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Speaking up about care concerns in the ICU: patient and family experiences, attitudes and perceived barriers.

Bell SK, Roche SD, Mueller A, et al. Speaking up about care concerns in the ICU: patient and family experiences, attitudes and perceived barriers. BMJ Qual Saf. 2018;27(11):928-936. doi:10.1136/bmjqs-2017-007525.

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August 8, 2018
Bell SK, Roche SD, Mueller A, et al. BMJ Qual Saf. 2018;27(11):928-936.

A critical component of strong safety culture is that patients and families feel empowered to speak up about safety concerns. Patients and families are often the first to notice changes in their well-being and consistently identify unique adverse events that are not detected through provider-driven means. This cross-sectional survey asked patients currently hospitalized in an intensive care unit (ICU) and their families about their comfort discussing safety concerns with their health care team, then validated those responses with an Internet-recruited nationwide cohort of patients and families who had been previously cared for in ICUs. Many current ICU patients and families expressed some reticence to speak up. Common reasons cited were concern that the health care team was too busy, fear of being labeled a troublemaker, and worry that the team would judge them for not understanding the medical details of their care.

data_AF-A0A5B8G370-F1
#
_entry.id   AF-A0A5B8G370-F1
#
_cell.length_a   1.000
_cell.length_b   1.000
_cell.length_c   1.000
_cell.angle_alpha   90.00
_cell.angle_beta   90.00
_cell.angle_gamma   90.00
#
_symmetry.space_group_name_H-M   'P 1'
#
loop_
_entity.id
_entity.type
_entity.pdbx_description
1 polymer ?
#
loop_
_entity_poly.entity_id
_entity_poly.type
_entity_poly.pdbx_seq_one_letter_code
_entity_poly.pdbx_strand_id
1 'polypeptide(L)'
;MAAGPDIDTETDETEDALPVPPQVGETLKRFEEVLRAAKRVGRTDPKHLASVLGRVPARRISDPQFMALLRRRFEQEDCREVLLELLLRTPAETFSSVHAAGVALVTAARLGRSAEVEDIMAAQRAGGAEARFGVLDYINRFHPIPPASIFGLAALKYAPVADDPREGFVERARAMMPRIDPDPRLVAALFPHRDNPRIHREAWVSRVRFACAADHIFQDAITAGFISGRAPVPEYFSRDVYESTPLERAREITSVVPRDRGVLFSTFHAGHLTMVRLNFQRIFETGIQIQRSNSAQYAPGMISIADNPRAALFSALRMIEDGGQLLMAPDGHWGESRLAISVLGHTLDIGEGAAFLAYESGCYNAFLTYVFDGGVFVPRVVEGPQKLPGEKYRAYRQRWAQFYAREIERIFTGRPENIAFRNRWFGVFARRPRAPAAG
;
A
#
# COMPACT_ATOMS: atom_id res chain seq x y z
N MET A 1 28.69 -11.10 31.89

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Bell SK, Roche SD, Mueller A, et al. Speaking up about care concerns in the ICU: patient and family experiences, attitudes and perceived barriers. BMJ Qual Saf. 2018;27(11):928-936. doi:10.1136/bmjqs-2017-007525.

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